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Best way to run fuel lines from fuel pump to carb?

Discussion in 'The Hokey Ass Message Board' started by goldtele, May 11, 2013.

  1. goldtele
    Joined: Sep 16, 2006
    Posts: 118

    goldtele
    Member

    I did use the search function but didn't see what I was looking for.

    I'm running the fuel lines on my 50 Merc with a 351 SBF in it.

    Question:
    Going from the mechanical fuel pump (Driver side) to the carb inlet (Passenger side)how do you run your lines?

    -Rubber fuel line under oil pan to get to the carb inlet on the passenger side?
    -Rubber fuel line over timing cover to carb inlet?
    -Steel line?

    Thanks for any advise or pics maybe I'm over thinking it but just wanted some advise.
     
  2. 4rod
    Joined: Feb 4, 2008
    Posts: 806

    4rod
    Member

    Well good question. Rubber over time will gum up due to the crappy fuel second I'd run the line under if you can maybe along your cross member
     
  3. Bob W
    Joined: Sep 14, 2008
    Posts: 687

    Bob W
    Member
    from Here

    Use a tube bender and make them out of steel with flaird ends and proper fittings. You will be happier in the long run.
     
  4. 49ratfink
    Joined: Feb 8, 2004
    Posts: 18,033

    49ratfink
    Member
    from California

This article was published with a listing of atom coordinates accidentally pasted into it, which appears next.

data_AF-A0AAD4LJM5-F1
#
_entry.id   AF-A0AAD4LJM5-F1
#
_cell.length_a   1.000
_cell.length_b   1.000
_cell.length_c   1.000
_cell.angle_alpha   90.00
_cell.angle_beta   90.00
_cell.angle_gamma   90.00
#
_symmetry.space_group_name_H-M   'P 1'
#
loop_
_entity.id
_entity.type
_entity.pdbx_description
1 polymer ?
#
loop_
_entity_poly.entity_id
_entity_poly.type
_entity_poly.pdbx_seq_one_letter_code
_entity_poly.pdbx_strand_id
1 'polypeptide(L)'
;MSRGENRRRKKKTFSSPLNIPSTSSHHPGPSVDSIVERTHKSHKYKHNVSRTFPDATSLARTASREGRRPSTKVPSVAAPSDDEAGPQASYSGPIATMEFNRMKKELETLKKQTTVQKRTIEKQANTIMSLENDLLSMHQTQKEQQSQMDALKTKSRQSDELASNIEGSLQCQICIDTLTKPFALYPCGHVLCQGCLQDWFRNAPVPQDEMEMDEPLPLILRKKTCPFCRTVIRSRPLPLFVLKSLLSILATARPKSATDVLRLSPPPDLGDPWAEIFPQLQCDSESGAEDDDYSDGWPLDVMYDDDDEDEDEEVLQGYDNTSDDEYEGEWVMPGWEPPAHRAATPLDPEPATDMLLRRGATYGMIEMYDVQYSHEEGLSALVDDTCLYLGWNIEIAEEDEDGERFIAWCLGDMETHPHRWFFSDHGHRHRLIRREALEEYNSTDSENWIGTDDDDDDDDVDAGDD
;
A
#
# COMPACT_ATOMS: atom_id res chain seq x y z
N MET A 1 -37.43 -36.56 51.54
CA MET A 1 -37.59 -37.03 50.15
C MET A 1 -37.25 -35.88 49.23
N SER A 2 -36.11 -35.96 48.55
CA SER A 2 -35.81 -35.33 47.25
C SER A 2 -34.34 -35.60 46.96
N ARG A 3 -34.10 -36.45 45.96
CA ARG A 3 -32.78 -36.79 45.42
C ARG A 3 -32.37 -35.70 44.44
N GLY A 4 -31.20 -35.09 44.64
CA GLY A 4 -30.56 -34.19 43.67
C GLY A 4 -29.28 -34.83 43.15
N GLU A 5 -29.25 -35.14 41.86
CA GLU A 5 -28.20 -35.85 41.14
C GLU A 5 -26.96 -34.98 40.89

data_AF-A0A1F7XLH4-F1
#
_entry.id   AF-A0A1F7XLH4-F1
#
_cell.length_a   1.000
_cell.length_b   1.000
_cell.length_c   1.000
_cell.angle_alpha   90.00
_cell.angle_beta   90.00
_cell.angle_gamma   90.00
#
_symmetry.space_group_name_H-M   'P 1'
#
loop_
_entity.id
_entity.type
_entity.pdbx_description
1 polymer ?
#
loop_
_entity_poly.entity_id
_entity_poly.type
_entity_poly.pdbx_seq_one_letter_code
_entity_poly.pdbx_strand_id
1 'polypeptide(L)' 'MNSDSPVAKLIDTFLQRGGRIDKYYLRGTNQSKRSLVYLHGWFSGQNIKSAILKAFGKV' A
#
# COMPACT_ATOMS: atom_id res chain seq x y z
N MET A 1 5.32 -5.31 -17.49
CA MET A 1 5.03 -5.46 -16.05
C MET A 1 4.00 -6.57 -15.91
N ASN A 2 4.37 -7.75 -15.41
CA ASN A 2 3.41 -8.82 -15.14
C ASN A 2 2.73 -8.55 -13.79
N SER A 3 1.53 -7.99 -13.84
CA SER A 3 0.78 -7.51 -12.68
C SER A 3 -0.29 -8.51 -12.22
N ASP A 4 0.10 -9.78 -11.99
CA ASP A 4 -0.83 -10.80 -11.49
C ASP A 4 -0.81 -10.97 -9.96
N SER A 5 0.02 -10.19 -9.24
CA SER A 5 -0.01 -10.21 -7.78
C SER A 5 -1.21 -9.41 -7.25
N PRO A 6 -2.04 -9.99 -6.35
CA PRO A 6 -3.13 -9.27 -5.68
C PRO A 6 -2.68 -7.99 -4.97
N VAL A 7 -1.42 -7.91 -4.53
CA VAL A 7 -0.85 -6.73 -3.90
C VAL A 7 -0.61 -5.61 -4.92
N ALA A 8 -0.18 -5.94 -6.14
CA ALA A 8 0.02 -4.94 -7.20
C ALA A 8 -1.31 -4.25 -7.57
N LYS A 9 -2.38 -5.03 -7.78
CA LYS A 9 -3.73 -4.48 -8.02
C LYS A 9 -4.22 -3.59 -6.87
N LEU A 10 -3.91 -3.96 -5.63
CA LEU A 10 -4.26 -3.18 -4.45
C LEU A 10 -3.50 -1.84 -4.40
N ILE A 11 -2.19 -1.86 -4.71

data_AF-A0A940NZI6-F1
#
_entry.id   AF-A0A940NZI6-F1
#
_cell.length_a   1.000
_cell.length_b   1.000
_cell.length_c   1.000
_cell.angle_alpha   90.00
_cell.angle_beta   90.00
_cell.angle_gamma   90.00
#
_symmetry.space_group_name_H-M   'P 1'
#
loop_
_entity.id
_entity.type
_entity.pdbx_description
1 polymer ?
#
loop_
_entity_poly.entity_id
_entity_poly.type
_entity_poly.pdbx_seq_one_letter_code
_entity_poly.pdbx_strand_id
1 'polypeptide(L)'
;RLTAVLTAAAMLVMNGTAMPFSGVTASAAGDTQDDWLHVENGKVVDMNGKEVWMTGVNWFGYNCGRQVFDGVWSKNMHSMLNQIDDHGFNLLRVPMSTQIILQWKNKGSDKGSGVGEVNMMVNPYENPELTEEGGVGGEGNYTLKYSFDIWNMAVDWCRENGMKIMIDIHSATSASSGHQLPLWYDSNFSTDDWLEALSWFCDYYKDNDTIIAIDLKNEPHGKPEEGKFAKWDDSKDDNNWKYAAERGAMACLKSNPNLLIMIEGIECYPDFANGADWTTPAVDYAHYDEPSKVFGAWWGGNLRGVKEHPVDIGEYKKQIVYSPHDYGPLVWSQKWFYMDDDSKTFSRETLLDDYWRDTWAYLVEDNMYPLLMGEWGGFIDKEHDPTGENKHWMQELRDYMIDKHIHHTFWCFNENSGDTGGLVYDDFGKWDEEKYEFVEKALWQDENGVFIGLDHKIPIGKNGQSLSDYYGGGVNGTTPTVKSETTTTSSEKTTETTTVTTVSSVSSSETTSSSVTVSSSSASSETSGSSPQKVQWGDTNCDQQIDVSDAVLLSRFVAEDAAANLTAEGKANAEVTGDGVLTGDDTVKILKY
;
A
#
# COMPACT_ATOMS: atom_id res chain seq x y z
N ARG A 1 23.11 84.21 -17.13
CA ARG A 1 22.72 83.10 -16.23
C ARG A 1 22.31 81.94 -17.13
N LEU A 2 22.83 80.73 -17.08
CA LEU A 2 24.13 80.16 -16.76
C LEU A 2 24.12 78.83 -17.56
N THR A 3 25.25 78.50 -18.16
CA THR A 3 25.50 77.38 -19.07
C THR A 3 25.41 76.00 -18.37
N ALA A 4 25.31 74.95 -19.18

steel is best. the only place for rubber is where it may need to flex, like from the frame to the fuel pump.
     

  5. Keep the rubber to a minimum !
    You'll need some rubber if you go from engine to crossmember and back to engine.

    Try playing with some string for the best route.
    Look for places to clamp it, obstacles to dodge, and proximity to heat (avoid) and airflow ( get some) . A good place to mount a filter should be important too.

    Chances are that the way the factory did it will be the best and easiest.
     
  6. upspirate
    Joined: Apr 15, 2012
    Posts: 2,267

    upspirate
    Member

    Use an old metal coat hanger to obtain a pattern to bend steel tubing (if you can find one)
     
  7. mashed
    Joined: Oct 15, 2011
    Posts: 1,474

    mashed
    Member
    from 4077th

    They got pre-bent ones for 302/351. Do a search if you don't have a bender or flaring tool.